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Diurnal temperature range over Europe between 1950 and 2005

by K. Makowski, M. Wild, a. Ohmura
Atmospheric Chemistry and Physics Discussions ()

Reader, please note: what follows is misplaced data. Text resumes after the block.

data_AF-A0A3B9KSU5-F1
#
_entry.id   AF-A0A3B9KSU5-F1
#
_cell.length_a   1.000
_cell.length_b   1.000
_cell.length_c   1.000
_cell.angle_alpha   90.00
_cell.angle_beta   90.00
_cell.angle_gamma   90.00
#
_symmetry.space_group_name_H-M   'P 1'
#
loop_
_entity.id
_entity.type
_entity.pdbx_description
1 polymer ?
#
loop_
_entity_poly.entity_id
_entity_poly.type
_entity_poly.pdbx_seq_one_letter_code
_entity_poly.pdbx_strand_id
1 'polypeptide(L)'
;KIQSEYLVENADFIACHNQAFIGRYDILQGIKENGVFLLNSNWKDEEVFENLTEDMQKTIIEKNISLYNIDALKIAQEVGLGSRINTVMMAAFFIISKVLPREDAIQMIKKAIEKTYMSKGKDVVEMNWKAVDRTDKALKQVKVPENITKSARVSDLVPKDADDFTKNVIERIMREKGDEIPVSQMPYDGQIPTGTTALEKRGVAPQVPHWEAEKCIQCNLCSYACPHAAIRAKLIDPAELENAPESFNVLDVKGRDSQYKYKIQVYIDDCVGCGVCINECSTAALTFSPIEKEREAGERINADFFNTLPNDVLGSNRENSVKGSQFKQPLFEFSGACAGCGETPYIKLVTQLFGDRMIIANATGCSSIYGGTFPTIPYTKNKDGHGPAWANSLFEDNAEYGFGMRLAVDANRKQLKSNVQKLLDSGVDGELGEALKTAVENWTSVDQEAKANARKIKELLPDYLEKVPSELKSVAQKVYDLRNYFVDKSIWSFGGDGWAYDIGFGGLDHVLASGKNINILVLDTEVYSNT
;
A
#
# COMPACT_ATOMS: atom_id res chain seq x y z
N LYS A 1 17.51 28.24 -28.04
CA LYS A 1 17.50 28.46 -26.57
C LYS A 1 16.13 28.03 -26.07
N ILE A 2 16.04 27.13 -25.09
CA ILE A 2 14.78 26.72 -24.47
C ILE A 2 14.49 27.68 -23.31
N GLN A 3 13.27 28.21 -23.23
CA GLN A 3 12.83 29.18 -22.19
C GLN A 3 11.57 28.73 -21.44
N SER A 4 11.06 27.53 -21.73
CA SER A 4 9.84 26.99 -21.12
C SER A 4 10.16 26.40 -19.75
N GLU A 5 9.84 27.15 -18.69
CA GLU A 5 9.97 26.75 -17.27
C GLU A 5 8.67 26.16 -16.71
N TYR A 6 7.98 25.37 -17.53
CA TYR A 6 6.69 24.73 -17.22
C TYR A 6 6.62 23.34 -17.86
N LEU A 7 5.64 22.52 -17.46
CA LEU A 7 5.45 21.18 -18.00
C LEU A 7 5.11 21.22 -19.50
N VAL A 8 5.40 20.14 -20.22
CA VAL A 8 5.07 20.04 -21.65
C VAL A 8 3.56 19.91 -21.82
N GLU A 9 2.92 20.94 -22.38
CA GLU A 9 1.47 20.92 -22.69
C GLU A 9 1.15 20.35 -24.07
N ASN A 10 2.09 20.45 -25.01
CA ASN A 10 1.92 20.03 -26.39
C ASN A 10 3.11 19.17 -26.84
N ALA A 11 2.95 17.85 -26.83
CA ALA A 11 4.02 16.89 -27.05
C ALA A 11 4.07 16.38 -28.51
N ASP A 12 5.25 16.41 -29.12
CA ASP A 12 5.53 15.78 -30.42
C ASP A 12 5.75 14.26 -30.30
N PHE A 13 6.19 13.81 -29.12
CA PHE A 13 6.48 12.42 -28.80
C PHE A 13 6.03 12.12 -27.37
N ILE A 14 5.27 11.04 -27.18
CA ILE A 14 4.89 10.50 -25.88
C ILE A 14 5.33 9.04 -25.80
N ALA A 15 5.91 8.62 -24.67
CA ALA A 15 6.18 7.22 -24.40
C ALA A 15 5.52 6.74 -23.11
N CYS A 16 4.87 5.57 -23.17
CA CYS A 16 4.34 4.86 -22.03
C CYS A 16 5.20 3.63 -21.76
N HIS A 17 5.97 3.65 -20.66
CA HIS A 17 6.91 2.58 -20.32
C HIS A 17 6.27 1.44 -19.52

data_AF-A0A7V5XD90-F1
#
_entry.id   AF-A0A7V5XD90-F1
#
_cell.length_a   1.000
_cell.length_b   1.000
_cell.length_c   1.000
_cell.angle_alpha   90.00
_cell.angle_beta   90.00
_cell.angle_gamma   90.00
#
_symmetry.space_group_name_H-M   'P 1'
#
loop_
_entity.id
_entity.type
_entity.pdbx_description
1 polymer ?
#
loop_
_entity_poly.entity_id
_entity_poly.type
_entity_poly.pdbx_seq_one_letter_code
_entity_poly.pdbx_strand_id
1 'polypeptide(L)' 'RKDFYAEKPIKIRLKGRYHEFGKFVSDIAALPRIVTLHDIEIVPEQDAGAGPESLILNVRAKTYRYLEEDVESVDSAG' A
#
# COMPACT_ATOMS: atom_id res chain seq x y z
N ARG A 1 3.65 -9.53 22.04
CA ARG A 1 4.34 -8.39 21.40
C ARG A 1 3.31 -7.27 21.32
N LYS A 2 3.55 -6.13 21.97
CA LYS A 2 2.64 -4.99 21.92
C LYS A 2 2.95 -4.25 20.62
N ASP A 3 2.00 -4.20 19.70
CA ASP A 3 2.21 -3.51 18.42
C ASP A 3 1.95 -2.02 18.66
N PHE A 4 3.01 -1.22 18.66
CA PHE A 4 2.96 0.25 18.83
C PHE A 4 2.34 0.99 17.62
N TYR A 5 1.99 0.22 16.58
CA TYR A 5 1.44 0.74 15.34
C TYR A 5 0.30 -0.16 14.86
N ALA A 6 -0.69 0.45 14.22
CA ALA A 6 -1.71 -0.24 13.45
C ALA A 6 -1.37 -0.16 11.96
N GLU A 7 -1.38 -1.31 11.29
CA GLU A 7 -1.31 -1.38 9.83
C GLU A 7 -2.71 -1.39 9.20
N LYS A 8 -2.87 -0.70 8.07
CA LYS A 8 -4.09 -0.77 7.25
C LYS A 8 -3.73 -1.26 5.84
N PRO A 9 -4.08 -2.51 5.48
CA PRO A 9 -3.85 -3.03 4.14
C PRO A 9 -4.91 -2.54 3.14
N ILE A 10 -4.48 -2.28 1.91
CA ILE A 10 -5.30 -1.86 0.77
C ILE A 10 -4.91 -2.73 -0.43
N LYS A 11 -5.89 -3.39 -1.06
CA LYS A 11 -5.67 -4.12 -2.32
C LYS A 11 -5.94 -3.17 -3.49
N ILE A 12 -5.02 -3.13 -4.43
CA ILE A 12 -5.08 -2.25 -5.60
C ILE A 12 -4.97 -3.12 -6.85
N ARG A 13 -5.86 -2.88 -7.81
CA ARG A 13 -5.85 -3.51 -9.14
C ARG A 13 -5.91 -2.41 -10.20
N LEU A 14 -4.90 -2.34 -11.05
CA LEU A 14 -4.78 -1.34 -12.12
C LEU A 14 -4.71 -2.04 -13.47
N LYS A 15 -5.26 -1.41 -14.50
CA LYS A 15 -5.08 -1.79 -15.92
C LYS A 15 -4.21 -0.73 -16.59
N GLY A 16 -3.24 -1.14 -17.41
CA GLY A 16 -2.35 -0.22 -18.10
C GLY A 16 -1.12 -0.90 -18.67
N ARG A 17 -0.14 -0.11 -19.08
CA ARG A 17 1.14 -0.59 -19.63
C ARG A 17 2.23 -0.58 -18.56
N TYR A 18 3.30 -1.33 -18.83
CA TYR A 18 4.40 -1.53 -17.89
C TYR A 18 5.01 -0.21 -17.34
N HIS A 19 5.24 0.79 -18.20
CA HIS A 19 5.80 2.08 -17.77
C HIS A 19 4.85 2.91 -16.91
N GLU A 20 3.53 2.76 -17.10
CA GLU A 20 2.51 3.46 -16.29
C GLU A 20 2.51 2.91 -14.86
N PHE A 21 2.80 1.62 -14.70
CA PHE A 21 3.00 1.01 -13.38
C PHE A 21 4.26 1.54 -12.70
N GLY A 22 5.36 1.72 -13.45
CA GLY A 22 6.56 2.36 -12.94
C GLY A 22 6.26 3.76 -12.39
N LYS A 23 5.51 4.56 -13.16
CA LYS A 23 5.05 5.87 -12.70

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It has been widely accepted that diurnal temper- ature range (DTR) decreased on a global scale during the second half of the twentieth century. Here we show however, that the long-term trend of annual DTR has reversed from a decrease to an increase during the 1970s in Western Eu- rope and during the 1980s in Eastern Europe. The analysis is based on the high-quality dataset of the European Climate Assessment and Dataset Project, from which we selected ap- proximately 200 stations covering the area bordered by Ice- land, Algeria, Turkey and Russia for the period 1950 to 2005. We investigate national and regional annual means as well as the pan-European mean with respect to trends and rever- sal periods. 17 of the 24 investigated regions including the pan-European mean show a statistical significant increase of DTR since 1990 at the latest. Of the remaining 7 regions, two show a non-significant increase, three a significant decrease and two no significant trend. Changes in DTR are affected by both surface shortwave and longwave radiation, the former of which has undergone a change from dimming to brightening in the period considered. Consequently, we discuss the con- nections between DTR, shortwave radiation and sulfur emis- sions which are thought to be amongst the most important factors influencing the incoming solar radiation through the primary and secondary aerosol effect. We find reasonable agreement between trends in SO2 emissions, radiation and DTR in areas affected by high pollution. Consequently, we conclude that the trends in DTR could be mostly determined by changes in emissions and the associated changes in in- coming solar radiation. Corr

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